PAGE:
If your workers can’t buy from the local burger stand, the people who work in the burger joint can’t buy your washing machine or dish soap.

Every job you and your industry transfer to some far-away factory is one less local customer for your product. And when that transfer is to chase that last fraction of a percent of profit but is making your potential customer base smaller, are you really coming out ahead?

Once again, you are absolutely correct when you say that your business can’t make that big a difference and by yourself you are right. Add your choices to all the others making the same kind of decision and we have the current lingering recession.

Living proof that recessions are self-generated self-fulfilling  phenomenon. If business cut employees and/or salary/benefit packages than employees spend less and there are fewer sales.

Reminds me of an old Kingston Trio song, Desert Pete:

“You’ve got to prime the pump, 
you’ve got to have faith and believe
You’ve got to give of yourself 
before you’re ready to receive.
Drink all the water you can hold, 
wash your face, cool your feet,
Leave the bottle full for others, 
Thank you kindly, Desert Pete”

Allen Laudenslager, a voice in the wilderness, SATURDAY, OCTOBER 18, 2014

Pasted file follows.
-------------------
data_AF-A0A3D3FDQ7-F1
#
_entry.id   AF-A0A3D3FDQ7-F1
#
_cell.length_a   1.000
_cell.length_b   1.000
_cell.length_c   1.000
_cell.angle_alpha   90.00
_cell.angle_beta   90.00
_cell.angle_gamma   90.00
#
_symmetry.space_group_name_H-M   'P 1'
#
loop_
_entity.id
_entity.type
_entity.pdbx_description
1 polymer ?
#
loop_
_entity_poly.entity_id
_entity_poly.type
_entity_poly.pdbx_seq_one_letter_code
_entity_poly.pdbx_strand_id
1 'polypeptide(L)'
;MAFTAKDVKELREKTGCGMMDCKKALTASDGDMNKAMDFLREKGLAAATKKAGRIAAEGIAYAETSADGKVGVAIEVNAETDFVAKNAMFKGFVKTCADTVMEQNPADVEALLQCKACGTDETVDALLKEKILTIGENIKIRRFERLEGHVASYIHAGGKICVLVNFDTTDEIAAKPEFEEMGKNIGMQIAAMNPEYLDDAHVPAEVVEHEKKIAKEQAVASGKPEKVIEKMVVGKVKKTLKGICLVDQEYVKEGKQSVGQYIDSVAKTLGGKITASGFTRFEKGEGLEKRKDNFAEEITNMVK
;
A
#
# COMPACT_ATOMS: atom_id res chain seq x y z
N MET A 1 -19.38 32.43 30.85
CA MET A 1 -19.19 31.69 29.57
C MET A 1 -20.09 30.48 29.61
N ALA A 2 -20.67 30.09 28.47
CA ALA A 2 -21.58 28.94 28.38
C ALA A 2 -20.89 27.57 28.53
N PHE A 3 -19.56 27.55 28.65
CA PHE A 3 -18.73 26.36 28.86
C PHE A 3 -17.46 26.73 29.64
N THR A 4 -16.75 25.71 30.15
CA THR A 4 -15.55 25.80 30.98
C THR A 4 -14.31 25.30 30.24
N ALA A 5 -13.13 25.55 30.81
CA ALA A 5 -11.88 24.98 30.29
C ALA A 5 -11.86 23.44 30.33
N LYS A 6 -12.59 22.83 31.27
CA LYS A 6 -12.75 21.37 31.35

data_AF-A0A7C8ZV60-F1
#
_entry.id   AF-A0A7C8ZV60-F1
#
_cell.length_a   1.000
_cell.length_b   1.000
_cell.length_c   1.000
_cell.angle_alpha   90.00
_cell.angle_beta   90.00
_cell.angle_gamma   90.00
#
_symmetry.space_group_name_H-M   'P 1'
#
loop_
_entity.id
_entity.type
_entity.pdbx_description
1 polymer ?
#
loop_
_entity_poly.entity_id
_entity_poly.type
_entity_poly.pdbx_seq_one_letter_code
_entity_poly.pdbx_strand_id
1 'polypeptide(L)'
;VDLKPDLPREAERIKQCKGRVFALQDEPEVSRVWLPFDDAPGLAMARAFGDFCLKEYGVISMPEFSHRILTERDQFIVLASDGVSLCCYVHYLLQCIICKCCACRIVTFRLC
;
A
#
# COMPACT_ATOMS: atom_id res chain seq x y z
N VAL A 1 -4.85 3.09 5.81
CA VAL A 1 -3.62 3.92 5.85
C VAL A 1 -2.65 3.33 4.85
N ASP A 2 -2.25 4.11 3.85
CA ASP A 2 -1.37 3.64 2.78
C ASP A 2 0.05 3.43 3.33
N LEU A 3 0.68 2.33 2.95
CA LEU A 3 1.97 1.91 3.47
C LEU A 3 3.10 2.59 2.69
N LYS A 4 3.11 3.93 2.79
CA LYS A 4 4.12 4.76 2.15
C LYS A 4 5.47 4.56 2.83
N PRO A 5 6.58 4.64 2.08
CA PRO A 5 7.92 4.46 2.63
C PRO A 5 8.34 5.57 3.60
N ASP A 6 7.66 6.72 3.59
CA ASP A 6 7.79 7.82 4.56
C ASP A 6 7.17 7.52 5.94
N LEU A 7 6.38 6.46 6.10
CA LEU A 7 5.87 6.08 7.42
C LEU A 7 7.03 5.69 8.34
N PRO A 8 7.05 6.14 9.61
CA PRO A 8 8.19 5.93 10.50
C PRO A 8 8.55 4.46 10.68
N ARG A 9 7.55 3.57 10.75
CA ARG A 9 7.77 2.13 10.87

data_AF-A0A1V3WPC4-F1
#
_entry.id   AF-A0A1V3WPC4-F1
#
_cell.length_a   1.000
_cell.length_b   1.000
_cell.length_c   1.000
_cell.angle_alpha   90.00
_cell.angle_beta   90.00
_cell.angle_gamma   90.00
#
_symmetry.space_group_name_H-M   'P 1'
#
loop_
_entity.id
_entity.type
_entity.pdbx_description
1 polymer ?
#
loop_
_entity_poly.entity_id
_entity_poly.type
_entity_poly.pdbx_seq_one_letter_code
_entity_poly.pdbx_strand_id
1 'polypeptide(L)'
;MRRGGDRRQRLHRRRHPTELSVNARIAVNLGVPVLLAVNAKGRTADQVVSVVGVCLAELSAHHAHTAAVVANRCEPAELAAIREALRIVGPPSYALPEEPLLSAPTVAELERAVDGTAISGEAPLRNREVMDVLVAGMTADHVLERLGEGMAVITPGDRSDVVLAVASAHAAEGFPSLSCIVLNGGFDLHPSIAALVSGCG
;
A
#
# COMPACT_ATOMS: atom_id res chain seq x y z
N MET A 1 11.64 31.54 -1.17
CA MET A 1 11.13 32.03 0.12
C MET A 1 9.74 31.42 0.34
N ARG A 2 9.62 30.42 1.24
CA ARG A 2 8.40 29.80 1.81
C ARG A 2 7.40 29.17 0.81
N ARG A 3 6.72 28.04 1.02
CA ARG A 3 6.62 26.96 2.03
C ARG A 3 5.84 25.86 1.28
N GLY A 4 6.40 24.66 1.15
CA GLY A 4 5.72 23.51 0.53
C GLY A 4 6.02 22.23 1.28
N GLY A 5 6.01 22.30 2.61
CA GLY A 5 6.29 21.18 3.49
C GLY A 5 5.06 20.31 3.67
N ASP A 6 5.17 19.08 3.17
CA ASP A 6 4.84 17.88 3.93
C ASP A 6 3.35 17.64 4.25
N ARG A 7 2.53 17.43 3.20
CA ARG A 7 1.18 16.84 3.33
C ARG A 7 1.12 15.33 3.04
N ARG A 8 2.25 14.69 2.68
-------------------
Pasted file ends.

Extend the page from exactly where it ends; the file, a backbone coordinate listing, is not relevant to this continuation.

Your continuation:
Friday, November 7, 2014

A Physicians last words on money, success, and finding true happiness

Dr. Richard Teo, who was a 40-year-old millionaire and cosmetic surgeon from Singapore with stage-4 lung cancer, spoke to a class of first year dental students about his life experience on January 19, 2012.  He passed away on October 18, 2012.  This transcript is from a video posted here. 

Hi good morning to all of you. My voice is a bit hoarse, so please bear with me. I thought I'll just introduce myself. My name is Richard, I'm a medical doctor. And I thought I'll just share some thoughts of my life. It's my pleasure to be invited by prof. Hopefully, it can get you thinking about how... as you pursue this.. embarking on your training to become dental surgeons, to think about other things as well.

Since young, I am a typical product of today's society. Relatively successful product that society requires.. From young, I came from a below average family. I was told by the media... and people around me that happiness is about success. And that success is about being wealthy. With this mind-set, I've always be extremely competitive, since I was young.

Not only do I need to go to the top school, I need to have success in all fields. Uniform groups, track, everything. I needed to get trophies, needed to be successful, I needed to have colours award, national colours award, everything. So I was highly competitive since young. I went on to medical school, graduated as a doctor. Some of you may know that within the medical faculty, ophthalmology is one of the most highly sought after specialities. So I went after that as well. I was given a traineeship in ophthalmology, I was also given a research scholarship by NUS to develop lasers to treat the eye.